A senior White House official, reflecting last week on the difficulties President Reagan faces in trying to sell his defense budget and his Nicaraguan policy to the country and Congress, recalled the old story of a dog food sales convention. A salesman tells the company president that their brand of dog food is the best-looking, best-tasting, most nutritious stuff on the market.
"So why isn't it selling?" the company president asks.
"Because the damn dogs don't like it," says the salesman.
After five years of dominating the national agenda as a premier political salesman, Reagan is running into a reluctant marketplace as he tries to sell Americans on the desirability of giving military aid to the antigovernment rebels in Nicaragua and more money to the Pentagon.
Reagan's popularity remains high, and his intensive lobbying last week appeared to move him closer to success on aid to the rebels. But the parallel debates over Nicaragua and defense spending in recent weeks have also demonstrated that his reputation as the "Great Communicator" is being severely tested over policies about which Americans are deeply skeptical.
According to many polls, they are worried about U.S. involvement in a remote jungle war in Central America, distrustful of the Pentagon's spending habits and reluctant to spend more money for either purpose while being asked to tighten their belts at home.
"The 'Great Communicator' works when he's got people emotionally involved with an issue beforehand, when he can mobilize a group that's ready to be mobilized," said political scientist Norman Ornstein of the American Enterprise Institute. "But when you have an issue the public doesn't care about -- or when the public is going in the opposite direction -- he's not going to have a dramatic impact."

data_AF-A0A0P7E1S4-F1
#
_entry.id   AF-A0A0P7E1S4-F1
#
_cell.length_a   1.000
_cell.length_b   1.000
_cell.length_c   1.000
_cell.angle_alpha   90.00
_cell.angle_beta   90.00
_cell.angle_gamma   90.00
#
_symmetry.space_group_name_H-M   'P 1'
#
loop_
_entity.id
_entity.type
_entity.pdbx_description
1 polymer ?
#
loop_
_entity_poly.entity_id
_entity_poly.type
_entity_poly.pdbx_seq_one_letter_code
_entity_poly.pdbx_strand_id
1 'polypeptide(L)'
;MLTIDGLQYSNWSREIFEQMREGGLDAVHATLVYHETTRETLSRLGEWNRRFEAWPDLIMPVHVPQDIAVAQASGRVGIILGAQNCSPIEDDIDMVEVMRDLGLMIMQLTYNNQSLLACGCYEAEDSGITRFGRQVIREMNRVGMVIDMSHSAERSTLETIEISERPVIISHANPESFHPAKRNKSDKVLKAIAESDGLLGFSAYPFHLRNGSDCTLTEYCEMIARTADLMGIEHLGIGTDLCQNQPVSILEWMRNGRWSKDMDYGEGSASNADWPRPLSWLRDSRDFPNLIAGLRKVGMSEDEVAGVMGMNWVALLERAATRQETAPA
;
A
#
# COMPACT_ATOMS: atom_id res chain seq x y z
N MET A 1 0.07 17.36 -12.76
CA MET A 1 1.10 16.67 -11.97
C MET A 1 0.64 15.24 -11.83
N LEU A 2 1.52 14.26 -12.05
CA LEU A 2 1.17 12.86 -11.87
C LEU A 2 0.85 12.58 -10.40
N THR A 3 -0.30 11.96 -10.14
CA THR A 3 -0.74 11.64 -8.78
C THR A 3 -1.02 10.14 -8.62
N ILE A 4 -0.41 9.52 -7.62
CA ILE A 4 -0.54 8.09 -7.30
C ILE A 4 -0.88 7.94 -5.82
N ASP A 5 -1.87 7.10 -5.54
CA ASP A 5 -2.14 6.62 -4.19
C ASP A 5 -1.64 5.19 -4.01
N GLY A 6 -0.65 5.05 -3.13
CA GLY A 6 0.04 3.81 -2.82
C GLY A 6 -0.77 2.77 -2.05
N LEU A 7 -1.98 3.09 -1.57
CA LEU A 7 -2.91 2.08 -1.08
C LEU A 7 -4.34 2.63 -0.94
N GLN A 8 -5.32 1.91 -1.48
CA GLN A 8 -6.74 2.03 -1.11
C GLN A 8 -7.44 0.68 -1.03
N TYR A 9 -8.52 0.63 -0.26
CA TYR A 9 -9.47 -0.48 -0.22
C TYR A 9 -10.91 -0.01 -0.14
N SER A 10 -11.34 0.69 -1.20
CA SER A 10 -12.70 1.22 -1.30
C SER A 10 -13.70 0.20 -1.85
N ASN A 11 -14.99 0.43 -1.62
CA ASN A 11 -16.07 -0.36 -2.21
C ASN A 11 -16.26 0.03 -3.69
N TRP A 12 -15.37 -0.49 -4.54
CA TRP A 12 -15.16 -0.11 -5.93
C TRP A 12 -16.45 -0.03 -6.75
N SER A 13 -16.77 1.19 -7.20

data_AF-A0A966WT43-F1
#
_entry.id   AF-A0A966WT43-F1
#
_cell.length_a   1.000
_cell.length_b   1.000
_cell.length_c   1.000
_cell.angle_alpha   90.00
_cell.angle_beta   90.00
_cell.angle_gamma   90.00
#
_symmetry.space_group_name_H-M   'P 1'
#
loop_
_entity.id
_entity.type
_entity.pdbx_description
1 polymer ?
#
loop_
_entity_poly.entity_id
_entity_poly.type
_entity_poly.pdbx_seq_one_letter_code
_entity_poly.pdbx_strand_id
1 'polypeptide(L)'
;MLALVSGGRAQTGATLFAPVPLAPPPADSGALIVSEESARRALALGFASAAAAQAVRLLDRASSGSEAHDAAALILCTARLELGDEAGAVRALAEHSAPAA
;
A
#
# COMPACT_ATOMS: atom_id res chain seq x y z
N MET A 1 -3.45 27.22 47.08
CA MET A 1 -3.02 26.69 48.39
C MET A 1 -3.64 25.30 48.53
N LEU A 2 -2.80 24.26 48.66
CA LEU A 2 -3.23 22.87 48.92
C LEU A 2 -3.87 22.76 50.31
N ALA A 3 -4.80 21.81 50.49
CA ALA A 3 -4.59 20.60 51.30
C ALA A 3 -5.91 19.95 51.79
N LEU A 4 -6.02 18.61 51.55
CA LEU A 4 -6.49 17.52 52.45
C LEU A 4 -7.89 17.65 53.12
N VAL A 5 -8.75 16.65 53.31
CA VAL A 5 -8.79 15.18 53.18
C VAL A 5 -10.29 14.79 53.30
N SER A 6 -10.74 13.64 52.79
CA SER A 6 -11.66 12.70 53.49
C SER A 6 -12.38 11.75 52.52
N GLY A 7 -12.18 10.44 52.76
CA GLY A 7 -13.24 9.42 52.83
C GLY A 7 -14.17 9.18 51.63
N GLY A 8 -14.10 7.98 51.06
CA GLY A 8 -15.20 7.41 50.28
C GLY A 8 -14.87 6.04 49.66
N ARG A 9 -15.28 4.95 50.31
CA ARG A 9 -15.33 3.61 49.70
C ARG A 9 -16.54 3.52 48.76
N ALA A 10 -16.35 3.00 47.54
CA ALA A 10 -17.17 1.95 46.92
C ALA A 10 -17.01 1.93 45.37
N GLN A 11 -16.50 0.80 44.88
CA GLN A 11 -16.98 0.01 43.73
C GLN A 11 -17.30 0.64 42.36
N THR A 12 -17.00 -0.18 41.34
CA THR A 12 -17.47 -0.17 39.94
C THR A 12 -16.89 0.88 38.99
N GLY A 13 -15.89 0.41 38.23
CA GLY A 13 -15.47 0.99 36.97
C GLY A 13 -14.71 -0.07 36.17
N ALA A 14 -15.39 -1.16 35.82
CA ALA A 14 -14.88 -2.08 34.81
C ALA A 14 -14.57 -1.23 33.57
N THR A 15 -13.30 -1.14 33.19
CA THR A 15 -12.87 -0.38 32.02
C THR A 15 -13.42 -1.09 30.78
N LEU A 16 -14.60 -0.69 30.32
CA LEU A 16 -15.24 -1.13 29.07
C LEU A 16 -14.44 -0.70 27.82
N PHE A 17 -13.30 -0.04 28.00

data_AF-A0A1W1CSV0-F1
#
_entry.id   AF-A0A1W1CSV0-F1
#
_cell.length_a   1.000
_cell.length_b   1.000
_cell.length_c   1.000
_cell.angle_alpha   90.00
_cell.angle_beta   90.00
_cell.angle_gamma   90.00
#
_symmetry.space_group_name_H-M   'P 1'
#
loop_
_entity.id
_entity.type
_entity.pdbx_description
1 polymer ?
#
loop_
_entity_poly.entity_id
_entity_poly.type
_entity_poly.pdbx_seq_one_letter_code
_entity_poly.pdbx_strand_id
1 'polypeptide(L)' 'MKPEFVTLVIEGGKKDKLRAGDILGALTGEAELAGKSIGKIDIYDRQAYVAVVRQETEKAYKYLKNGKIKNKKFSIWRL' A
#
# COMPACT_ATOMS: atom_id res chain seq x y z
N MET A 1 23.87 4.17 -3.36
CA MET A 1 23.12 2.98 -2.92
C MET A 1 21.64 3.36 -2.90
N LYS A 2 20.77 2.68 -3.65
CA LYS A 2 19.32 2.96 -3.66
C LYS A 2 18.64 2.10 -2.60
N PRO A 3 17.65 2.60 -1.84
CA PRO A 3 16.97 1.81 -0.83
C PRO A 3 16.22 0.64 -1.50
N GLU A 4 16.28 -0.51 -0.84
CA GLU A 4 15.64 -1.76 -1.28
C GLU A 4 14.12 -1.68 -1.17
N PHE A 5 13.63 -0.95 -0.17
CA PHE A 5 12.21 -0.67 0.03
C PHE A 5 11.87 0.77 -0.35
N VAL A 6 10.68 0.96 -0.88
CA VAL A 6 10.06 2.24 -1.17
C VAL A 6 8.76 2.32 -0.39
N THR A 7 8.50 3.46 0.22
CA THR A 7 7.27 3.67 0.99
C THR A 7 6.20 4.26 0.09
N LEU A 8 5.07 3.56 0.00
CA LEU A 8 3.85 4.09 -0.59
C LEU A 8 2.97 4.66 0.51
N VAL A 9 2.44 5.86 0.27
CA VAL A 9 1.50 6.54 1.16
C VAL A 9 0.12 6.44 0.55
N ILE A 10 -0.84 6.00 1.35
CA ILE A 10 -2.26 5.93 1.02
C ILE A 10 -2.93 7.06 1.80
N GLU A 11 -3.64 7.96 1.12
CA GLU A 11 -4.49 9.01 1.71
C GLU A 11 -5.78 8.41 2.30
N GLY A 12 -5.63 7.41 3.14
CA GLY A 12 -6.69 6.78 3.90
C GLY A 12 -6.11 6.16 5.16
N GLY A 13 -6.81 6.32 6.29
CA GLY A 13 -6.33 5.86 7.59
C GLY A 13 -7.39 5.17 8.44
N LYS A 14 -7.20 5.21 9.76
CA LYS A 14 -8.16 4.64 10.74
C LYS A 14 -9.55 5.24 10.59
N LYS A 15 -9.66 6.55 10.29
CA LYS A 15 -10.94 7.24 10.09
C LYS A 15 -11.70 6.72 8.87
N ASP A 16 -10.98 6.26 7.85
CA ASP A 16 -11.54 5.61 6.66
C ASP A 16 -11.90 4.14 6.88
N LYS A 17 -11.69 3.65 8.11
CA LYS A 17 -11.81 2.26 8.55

Reagan pollster Richard Wirthlin said the difficult issues of defense and Nicaragua have put Reagan in a new role. "More than a salesman," Reagan has become sort of a national "teacher or mentor or coach," advocating policies that are much less appealing than tax cuts, for example, Wirthlin said.
Rep. Charles W. Stenholm (D-Tex.), a conservative who was a key member of the "Boll Weevil" faction that backed Reagan in 1981, said the defense budget and aid to the counterrevolutionaries, or contras, are "tough issues." After Reagan's nationally televised plea for new increases in defense spending Feb. 26, "the number of cards and telegrams, I could count on the fingers of both hands . . . . In previous efforts to swing public opinion, it would be in the hundreds.
"It's very alarming to me; I don't like the trends myself," Stenholm added. "The president is going to have to have a more salable game plan on defense and aid to the contras if we're going to win both of them."
Reagan himself has been complaining recently that his message on Nicaragua is not getting through to the American people -- blaming a Soviet-inspired "disinformation network" -- and he returns to the limelight tonight with a nationally televised address on behalf of the contras, his third televised speech in the last six weeks.